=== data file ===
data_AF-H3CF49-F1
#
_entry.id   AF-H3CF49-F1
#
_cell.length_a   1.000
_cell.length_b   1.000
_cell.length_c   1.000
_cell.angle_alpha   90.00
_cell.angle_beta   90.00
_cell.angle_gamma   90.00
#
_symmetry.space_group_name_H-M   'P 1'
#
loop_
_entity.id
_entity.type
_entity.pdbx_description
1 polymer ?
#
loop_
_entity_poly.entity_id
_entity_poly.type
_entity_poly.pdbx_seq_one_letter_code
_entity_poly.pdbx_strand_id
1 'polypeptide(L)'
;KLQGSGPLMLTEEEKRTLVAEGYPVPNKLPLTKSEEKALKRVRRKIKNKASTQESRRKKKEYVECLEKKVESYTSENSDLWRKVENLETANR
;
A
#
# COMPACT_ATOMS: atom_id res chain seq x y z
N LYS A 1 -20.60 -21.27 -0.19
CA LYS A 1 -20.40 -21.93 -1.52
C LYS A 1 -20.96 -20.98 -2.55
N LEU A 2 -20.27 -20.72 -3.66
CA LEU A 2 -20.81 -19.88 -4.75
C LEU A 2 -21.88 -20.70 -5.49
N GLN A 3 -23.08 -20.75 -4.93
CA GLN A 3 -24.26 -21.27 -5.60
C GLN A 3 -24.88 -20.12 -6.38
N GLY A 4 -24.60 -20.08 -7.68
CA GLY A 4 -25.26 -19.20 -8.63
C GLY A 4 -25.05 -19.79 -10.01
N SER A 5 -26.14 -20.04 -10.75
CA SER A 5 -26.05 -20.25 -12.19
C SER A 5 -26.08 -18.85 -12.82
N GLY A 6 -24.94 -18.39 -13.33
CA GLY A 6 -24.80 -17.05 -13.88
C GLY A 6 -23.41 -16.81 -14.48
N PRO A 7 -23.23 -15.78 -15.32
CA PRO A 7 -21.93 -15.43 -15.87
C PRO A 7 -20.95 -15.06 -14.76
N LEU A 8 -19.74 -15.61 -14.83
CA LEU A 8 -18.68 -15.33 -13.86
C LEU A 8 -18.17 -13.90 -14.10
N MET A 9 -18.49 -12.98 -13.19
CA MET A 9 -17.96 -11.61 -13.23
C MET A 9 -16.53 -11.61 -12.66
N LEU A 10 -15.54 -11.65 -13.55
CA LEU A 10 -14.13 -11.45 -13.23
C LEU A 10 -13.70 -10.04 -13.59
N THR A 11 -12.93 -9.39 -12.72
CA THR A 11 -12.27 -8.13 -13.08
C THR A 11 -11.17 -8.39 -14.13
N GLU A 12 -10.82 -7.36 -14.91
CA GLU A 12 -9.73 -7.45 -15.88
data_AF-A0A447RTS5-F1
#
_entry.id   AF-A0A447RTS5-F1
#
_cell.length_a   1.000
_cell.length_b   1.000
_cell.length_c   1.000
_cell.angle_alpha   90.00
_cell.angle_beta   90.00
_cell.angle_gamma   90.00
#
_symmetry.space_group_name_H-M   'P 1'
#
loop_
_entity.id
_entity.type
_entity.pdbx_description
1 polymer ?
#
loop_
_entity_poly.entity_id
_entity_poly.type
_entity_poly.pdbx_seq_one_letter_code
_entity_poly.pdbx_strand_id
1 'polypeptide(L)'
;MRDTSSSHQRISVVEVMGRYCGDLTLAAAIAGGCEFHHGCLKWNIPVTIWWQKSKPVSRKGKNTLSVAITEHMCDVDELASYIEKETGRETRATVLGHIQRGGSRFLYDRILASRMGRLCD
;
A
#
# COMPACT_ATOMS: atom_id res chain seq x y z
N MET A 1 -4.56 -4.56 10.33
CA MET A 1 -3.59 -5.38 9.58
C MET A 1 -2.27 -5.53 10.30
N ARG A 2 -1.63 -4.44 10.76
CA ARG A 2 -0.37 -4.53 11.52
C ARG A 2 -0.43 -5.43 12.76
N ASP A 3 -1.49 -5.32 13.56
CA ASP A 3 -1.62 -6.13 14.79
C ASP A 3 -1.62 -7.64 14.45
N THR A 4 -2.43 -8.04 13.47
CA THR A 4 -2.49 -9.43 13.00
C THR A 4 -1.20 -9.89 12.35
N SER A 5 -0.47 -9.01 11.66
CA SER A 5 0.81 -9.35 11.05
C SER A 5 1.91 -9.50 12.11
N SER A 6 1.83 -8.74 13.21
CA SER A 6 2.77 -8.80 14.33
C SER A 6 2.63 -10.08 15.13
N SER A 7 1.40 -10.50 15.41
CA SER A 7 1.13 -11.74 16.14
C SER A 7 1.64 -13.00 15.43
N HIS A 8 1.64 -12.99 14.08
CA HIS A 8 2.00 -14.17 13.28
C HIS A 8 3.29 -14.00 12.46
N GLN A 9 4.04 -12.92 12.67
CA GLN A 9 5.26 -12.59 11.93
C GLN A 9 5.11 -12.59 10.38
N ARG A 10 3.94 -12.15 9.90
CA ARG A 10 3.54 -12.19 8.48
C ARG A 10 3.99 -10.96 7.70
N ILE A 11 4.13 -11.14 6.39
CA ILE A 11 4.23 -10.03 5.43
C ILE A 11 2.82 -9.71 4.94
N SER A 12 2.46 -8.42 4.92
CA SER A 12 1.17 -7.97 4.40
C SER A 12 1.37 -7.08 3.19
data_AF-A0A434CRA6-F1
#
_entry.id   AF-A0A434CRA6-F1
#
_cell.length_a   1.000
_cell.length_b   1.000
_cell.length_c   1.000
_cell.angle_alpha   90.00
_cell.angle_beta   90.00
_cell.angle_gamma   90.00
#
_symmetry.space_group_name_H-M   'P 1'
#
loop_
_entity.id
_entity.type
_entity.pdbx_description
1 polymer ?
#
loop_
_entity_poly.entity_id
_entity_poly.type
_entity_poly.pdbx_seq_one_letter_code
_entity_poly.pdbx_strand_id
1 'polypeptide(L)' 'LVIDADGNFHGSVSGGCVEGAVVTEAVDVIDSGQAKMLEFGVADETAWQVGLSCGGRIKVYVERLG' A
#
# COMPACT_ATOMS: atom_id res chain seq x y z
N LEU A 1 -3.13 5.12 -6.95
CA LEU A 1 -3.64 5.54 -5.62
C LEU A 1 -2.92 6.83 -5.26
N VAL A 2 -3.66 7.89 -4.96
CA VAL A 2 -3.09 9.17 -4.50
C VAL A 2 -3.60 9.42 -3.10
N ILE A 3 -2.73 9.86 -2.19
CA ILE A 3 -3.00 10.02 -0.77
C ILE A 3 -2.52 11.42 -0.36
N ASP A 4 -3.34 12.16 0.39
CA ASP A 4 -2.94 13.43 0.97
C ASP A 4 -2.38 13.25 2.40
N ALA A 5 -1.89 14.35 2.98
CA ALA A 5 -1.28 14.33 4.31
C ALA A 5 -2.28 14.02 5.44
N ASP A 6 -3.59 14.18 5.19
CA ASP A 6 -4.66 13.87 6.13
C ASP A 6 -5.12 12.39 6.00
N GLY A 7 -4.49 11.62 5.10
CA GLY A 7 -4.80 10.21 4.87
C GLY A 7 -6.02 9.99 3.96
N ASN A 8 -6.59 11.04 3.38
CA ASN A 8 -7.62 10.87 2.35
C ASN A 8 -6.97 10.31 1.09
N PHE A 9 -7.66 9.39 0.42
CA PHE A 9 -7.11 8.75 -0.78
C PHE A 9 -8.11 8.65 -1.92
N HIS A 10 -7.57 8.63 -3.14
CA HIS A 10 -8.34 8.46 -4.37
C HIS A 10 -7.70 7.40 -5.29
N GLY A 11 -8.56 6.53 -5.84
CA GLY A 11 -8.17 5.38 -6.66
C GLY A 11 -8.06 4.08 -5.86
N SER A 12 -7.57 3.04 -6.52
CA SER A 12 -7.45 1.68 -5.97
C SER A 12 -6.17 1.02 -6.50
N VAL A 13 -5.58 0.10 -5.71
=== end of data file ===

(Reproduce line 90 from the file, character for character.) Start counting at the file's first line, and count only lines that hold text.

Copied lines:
1 'polypeptide(L)'